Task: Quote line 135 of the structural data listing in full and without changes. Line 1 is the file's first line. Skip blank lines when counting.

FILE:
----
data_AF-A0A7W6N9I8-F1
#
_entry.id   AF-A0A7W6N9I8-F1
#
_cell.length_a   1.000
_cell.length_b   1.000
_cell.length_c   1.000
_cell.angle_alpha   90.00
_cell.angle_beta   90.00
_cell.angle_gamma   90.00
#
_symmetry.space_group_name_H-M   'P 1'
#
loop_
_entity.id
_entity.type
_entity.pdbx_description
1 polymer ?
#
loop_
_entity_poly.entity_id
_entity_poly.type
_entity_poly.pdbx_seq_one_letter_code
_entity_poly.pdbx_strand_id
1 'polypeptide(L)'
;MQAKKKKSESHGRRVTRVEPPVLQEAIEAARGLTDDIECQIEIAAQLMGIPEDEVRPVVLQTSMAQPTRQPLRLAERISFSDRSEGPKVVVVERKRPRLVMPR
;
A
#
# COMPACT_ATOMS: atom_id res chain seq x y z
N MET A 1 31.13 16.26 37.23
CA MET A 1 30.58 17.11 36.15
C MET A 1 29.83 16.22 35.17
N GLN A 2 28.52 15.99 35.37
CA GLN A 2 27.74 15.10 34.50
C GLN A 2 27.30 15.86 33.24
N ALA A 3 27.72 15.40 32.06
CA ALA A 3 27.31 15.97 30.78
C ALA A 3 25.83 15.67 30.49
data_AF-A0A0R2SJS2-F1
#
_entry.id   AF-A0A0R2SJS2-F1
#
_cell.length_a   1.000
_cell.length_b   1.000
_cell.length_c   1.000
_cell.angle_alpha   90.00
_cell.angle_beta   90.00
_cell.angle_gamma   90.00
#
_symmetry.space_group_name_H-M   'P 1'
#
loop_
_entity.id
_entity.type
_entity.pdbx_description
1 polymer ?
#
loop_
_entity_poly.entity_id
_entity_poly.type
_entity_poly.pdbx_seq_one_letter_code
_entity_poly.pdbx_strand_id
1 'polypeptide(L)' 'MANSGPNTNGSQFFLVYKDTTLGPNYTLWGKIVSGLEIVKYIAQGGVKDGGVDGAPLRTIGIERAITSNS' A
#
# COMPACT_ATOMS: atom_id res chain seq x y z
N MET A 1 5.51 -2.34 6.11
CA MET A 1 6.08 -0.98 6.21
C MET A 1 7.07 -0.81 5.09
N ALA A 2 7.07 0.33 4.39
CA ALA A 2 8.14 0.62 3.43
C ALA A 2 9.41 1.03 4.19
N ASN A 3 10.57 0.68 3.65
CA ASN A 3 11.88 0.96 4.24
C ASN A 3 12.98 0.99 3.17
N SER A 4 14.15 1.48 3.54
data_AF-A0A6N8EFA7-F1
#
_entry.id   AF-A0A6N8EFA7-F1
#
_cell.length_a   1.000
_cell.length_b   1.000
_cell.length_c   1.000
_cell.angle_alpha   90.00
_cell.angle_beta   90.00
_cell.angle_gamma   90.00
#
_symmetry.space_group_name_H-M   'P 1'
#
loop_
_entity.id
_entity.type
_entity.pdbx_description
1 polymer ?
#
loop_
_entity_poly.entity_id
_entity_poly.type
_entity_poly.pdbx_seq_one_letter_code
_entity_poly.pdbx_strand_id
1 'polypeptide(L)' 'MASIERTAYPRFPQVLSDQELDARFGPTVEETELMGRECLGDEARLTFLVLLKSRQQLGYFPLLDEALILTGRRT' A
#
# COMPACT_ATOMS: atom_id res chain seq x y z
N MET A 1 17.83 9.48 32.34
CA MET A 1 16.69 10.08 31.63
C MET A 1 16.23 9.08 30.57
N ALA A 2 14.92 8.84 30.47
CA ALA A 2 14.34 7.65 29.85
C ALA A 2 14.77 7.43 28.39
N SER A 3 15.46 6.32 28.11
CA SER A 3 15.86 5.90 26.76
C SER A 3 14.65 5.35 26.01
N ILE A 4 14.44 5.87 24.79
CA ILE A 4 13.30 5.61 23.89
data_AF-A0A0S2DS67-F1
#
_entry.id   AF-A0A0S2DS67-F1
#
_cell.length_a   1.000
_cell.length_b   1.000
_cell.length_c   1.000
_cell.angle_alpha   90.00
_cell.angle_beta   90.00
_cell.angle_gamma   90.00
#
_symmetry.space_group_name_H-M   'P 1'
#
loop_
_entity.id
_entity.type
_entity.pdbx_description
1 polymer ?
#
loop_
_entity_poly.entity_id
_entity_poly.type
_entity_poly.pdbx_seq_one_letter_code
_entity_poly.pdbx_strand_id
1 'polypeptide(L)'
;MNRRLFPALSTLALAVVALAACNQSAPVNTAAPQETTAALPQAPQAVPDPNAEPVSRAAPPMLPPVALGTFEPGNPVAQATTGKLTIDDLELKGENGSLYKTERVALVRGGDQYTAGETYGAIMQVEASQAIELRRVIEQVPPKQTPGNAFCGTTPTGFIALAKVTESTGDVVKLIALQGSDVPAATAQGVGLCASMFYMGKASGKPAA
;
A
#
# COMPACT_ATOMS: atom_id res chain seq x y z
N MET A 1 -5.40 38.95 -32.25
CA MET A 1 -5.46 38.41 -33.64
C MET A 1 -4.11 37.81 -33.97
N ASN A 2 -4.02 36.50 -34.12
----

_entity_poly.entity_id